The obituaries and elegies have been written. The sound bites of gushing praise are now part of Youtube’s archive of public memory.
The post-J Jayalalithaa scenario is unfolding slowly and surely. While DMK and sections within AIADMK wait eagerly for something to go wrong, posters on the wall have already declared that Chinnamma, mother's younger sister, as Sasikala Natarajan, is the new centre of the party. As one party leader’s poster reproduced by The Hindu alerts us, what Sasikala inherits is not just the absence of Jayalalithaa but also two other icons of the party, MG Ramachandran (MGR) and CN Annadurai.
To understand Jayalalithaa’s magic, we have to take stock of this legacy of absence. Perhaps the most striking characteristic of Jayalalithaa’s rule is the inverse relationship between the surfeit of images of the leader and the layers of secrecy and security that separated her from everyone else, most of her party leaders included. Her images were everywhere. Arguably, she is the chief architect of Tamil Nadu’s world famous “cut-out culture.”
From freebies to disaster relief materials, commodities and services provided by the state government quite literally bore her stamp. At the same time, few other governments at the state and central levels worked so hard at policing the media. In the past five years, the defamation law became a routine administrative tool for regulating the media. An alarming 200 odd defamation cases were booked against those who were critical of her government, including established journalists with impeccable credentials. More recently, the condition of her health was the most closely guarded secret in the country. Not surprisingly, there were innumerable rumours and conspiracy theories on everything related to her, from her health to family and friends, the real reasons for the arrest of the Kanchi Shankaracharya, and so on.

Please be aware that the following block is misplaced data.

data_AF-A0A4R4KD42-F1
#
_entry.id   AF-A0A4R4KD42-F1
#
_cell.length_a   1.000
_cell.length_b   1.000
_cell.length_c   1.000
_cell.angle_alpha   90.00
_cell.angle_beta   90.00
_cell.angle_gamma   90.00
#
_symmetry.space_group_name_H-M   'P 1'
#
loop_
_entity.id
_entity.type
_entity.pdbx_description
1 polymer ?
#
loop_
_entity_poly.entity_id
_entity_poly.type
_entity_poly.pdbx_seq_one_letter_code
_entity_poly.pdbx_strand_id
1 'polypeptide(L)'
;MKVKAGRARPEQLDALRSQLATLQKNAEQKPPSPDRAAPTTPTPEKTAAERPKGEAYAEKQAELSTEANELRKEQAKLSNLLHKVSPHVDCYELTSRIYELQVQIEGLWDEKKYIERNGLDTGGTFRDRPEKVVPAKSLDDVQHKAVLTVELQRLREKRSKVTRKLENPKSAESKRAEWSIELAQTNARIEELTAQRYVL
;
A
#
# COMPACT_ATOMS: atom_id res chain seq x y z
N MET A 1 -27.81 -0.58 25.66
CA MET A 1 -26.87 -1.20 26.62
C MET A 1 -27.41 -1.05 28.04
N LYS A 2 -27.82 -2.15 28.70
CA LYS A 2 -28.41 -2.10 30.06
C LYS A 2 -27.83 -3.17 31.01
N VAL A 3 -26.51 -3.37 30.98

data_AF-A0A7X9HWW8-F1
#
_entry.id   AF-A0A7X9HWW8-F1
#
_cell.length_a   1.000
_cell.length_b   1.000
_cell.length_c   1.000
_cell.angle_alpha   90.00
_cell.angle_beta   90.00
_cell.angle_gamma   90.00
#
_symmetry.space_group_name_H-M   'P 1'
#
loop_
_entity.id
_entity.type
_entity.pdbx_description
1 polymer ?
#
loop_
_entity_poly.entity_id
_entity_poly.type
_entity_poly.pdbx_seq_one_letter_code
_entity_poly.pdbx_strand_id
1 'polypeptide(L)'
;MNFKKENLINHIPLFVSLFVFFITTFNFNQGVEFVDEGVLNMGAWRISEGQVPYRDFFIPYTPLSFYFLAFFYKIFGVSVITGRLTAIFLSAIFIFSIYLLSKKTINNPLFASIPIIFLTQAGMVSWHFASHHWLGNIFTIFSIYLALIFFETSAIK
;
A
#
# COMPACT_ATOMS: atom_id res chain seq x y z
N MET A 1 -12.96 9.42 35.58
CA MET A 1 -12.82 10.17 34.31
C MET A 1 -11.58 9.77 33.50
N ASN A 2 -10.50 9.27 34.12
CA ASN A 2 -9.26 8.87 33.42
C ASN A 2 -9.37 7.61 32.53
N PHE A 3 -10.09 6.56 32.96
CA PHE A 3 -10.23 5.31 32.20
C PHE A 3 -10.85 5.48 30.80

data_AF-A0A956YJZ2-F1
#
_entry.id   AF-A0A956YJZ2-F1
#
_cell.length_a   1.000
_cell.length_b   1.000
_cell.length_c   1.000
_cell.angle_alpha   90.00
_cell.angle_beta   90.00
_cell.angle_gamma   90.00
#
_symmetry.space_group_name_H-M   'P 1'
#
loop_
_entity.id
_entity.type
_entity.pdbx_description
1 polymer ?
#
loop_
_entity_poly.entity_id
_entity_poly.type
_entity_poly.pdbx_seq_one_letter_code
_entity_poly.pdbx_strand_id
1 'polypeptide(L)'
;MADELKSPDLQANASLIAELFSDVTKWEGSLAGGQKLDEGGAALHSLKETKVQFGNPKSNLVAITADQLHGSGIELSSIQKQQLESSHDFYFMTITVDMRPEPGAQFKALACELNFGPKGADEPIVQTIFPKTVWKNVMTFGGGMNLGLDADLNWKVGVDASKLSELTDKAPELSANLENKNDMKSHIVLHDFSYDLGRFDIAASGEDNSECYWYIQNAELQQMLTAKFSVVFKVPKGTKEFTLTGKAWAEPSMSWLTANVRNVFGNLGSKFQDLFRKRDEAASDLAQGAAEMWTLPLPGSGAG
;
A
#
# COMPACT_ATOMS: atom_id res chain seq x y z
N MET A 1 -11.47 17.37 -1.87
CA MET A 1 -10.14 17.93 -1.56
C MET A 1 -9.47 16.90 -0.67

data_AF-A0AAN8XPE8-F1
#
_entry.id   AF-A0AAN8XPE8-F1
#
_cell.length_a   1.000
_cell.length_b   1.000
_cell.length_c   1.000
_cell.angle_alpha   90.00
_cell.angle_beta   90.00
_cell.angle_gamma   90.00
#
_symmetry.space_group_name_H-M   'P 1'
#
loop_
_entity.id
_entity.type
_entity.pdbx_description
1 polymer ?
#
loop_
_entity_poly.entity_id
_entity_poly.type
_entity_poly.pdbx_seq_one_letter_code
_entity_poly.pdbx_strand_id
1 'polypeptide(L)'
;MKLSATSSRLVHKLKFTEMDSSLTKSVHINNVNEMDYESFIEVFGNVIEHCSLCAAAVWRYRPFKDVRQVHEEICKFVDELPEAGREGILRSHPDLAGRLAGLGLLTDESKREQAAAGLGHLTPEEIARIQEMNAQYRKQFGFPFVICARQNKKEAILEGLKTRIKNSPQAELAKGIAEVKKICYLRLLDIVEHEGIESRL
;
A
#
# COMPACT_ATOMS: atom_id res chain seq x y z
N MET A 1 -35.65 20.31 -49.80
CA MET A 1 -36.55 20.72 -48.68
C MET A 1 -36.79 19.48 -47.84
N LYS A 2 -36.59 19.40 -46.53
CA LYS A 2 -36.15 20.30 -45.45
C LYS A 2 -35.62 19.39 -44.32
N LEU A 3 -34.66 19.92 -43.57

The paradox of the iconic leader being absent and hyper-visible simultaneously is directly traceable to fan cultures of south India, which have had a crucial role to play in the rise of Jayalalithaa and also MGR before her. Fans of south Indian stars perform an impressive range of activities within cinema halls premises as well as outside. Except the odd visit to a shooting location or the residence of the star, the average fan acts in the name of the star but almost never in the presence of the matinee idol. The centre of fan activity is the missing star, whose absence is visually compensated by the surfeit of images: posters, cutouts, tattoos, rings, watches, pocketbooks — you name it, fans have already thought of it.
When the AIADMK was established by MGR, after his expulsion from DMK in 1972, the new outfit was little more than an extension of the actor’s numerous fan clubs. During the careers of both leaders, expressions of political support were barely distinguishable from obsessive and excessive reactions and performances of devotion typical of fan activity. In south India and elsewhere, fandom is nothing if not over-the-top. The “cult of leader worship” that Jayalalithaa is said to have inaugurated is evidence of the parallels between fandom and mass politics in this part of the country. No doubt, AIADMK raised the bar (and height of cutouts) for fans proper across the southern region.
Film scholar M Madhava Prasad, in his book Cine-Politics (2014), notes another interesting link between AIADMK under Jayalalithaa and fan culture. Jayalalithaa never claimed she would replace MGR. She took great pains to present herself to the people as his most loyal follower. Jayalalithaa, the new leader, and the masses were united in their grief and the absent MGR would become the reason for AIADMK’s continued existence. Indeed, MGR too did not attempt to replace his mentor CN Annadurai. Instead, both MGR and Jayalalithaa snatched their respective mentors’ legacies illegitimately, breaking the natural line of succession. In the early 1970s, MGR’s non-party effectively displaced the M Karunanidhi-led DMK, the party established by Annadurai himself, as the claimant of the Anna legacy. In 1989, Janaki Ramachandran, MGR’s wife and leader of the ‘official’ faction of AIADMK, conceded defeat in the succession battle and facilitated the emergence of Jayalalithaa as the undisputed leader of the reunited AIADMK.